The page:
Samuel Butler (poet) photo

„Doubtless the pleasure is as great
Of being cheated as to cheat.“

—  Samuel Butler (poet) poet and satirist 1612 - 1680

Canto III, line 1
Fonte: Hudibras, Part II (1664)

Edward Coke photo

„He is not cheated who knows he is being cheated.“

—  Edward Coke English lawyer and judge 1552 - 1634

The First Part of the Institutes of the Laws of England, or, A Commentary on Littleton, (London, 1628, ed. F. Hargrave and C. Butler, 19th ed., London, 1832), First Institute.
Institutes of the Laws of England

Jackie Mason photo

„Eighty percent of married men cheat in America. The rest cheat in Europe.“

—  Jackie Mason American rabbi and comedian 1931

Quoted in [Bill, Maxwell, In gloomy times, let's try to find a sense of humor, http://www.sptimes.com/2002/07/07/Columns/In_gloomy_times__let_.shtml, 2002-07-07, 2008-10-04, St. Petersburg Times]

François de La Rochefoucauld photo

„The intention of cheating no one lays us open to being cheated ourselves.“

—  François de La Rochefoucauld, livro Reflections; or Sentences and Moral Maxims

L'intention de ne jamais tromper nous expose à être souvent trompés.
Maxim 118.
Reflections; or Sentences and Moral Maxims (1665–1678)

Robert G. Ingersoll photo

„At that time the church had great power; it could retaliate; it could destroy. The church abandoned the stake only when too many men objected to being burned.“

—  Robert G. Ingersoll Union United States Army officer 1833 - 1899

"The Brooklyn Divines." Brooklyn Union (Brooklyn, NY), 1883.
Contexto: There was a time when an unbeliever, open and pronounced, was a wonder. At that time the church had great power; it could retaliate; it could destroy. The church abandoned the stake only when too many men objected to being burned.

Theognis of Megara photo

„Many bad men are rich, many good men are poor. But we will not exchange wealth for virtue along with them. One man has money now, another has money at another time. Money goes around, whereas virtue endures.“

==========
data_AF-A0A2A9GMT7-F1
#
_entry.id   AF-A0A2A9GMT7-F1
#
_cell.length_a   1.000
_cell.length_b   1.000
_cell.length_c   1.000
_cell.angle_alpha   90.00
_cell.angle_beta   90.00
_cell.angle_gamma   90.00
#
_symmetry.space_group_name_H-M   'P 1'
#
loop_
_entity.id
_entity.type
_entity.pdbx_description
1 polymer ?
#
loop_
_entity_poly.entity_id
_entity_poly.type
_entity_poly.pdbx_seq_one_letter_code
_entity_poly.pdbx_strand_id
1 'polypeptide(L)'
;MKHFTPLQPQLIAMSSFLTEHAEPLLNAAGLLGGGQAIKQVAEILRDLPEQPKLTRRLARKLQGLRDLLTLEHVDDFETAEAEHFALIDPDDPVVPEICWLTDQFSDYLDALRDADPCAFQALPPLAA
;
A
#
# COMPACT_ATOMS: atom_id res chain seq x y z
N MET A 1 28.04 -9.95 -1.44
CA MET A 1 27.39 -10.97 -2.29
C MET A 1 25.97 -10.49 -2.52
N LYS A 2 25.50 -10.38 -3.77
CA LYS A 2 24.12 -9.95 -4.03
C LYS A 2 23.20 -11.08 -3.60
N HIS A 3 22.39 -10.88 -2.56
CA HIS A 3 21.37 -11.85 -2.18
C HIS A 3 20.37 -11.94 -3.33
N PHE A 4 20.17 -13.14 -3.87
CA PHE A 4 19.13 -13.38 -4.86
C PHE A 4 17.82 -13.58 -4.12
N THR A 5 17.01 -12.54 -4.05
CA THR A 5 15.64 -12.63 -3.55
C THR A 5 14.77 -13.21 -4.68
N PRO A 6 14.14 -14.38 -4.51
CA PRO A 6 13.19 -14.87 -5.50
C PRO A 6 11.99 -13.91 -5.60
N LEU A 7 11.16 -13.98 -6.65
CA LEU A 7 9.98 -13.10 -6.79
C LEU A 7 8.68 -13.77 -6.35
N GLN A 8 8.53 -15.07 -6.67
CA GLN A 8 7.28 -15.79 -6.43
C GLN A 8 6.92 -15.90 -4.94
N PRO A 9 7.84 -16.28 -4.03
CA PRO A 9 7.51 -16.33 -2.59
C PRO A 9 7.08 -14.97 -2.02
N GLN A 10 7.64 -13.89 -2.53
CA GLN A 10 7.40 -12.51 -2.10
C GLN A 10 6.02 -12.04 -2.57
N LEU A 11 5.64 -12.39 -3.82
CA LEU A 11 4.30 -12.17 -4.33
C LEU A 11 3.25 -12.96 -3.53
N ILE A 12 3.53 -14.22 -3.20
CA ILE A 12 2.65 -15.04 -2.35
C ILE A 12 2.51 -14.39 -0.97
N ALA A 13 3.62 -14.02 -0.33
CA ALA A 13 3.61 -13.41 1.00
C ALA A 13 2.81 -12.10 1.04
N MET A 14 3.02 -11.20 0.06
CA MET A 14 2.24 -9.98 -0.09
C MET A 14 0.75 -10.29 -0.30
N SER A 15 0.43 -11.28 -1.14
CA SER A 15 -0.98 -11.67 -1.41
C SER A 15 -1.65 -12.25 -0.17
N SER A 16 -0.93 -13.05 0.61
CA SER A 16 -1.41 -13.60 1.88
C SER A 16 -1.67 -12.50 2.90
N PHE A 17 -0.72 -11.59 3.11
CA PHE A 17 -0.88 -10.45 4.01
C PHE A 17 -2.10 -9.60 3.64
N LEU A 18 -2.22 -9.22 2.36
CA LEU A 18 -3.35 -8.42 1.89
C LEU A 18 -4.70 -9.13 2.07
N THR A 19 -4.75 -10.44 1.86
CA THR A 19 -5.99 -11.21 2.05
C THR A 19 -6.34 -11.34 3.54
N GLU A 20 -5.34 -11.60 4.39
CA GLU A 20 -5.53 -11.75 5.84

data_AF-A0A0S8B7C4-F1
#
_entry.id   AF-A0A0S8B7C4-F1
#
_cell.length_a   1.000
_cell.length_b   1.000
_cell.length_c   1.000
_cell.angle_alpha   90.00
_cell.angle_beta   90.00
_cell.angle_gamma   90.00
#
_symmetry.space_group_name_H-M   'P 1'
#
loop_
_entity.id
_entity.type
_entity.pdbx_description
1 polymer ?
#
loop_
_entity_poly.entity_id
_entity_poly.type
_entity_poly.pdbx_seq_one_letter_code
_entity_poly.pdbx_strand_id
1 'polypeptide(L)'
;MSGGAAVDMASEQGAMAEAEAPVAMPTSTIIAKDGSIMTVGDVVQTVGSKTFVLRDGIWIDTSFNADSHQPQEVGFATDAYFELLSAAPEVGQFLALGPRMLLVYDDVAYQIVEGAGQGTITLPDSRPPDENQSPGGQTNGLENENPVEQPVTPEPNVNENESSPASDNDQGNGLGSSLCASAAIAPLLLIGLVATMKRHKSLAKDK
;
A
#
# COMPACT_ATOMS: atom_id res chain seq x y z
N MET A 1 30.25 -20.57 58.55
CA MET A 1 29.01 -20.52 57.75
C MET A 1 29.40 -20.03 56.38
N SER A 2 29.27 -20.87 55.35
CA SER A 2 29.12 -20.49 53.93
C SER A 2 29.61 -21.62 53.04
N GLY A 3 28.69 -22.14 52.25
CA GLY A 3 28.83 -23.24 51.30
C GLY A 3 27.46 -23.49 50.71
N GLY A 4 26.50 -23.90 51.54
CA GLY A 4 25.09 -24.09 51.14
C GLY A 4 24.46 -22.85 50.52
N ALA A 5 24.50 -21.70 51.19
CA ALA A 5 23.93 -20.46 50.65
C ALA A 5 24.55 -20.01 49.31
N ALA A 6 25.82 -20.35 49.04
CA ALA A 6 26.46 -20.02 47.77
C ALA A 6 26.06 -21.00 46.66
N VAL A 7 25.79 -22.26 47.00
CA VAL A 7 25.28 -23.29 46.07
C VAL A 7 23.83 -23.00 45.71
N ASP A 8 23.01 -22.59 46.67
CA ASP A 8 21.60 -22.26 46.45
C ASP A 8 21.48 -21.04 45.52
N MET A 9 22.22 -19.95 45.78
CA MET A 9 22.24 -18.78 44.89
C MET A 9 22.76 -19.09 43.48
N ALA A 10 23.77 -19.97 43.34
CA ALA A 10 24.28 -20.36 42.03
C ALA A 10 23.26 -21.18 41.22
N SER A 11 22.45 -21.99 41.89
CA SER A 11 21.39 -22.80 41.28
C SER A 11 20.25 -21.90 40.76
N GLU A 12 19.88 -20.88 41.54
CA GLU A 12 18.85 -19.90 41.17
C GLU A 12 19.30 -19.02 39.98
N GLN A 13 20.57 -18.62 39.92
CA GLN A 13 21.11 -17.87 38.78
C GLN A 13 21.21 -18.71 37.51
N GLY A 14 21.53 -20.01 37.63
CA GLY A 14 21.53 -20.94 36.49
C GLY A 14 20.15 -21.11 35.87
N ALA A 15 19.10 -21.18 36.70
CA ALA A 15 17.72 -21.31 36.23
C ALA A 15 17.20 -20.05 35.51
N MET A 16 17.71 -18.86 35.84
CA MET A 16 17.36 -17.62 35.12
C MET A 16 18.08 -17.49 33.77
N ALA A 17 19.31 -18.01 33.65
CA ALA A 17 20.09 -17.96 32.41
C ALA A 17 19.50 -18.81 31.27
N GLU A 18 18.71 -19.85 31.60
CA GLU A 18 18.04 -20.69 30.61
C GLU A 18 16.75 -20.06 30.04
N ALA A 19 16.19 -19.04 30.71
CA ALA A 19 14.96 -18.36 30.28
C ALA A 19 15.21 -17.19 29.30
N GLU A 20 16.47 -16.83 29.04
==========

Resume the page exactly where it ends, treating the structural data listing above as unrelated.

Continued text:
—  Theognis of Megara Greek lyric poet active in approximately the sixth century BC -570 - -485 a.C.

πολλοί τοι πλουτοῦσι κακοί, ἀγαθοὶ δὲ πένονται:
ἀλλ᾽ ἡμεῖς τούτοις οὐ διαμειψόμεθα
τῆς ἀρετῆς τὸν πλοῦτον, ἐπεὶ τὸ μὲν ἔμπεδον αἰεί,
χρήματα δ᾽ ἀνθρώπων ἄλλοτε ἄλλος ἔχει.
Fonte: Elegies, Lines 315-318, also attributed to Solon

John Dryden photo
Francis Bacon photo
Nisargadatta Maharaj photo
John Lydon photo

„Ever get the feeling you've been cheated? Good night!“

—  John Lydon English singer, songwriter, and musician 1956

At the end of the last Sex Pistols concert, Winterland Theater, San Francisco, California (14 January 1978)

Anacharsis photo

„The forum [is] an established place for men to cheat one another, and behave covetously.“

—  Anacharsis Scythian philosopher

As quoted in The Lives and Opinions of Eminent Philosophers by Diogenes Laërtius, as translated by C. D. Yonge) (1853), "Anacharsis" sect. 5, p. 48

Ludwig von Mises photo

„A free man must be able to endure it when his fellow men act and live otherwise than he considers proper.“

—  Ludwig von Mises, livro Liberalism

Ch. 1 : The Foundations of Liberal Policy § 11 : The Limits of Governmental Activity http://mises.org/liberal/ch1sec11.asp
Liberalism (1927)
Contexto: A free man must be able to endure it when his fellow men act and live otherwise than he considers proper. He must free himself from the habit, just as soon as something does not please him, of calling for the police.

Sri Chinmoy photo
Charles Darwin photo

„As it is certain that worms swallow many little stones, independently of those swallowed while excavating their burrows, it is probable that they serve, like mill-stones, to triturate their food.“

—  Charles Darwin, livro The Formation of Vegetable Mould through the Action of Worms

Fonte: The Formation of Vegetable Mould through the Action of Worms (1881), Chapter 1: Habits of Worms, p. 18. http://darwin-online.org.uk/content/frameset?pageseq=33&itemID=F1357&viewtype=image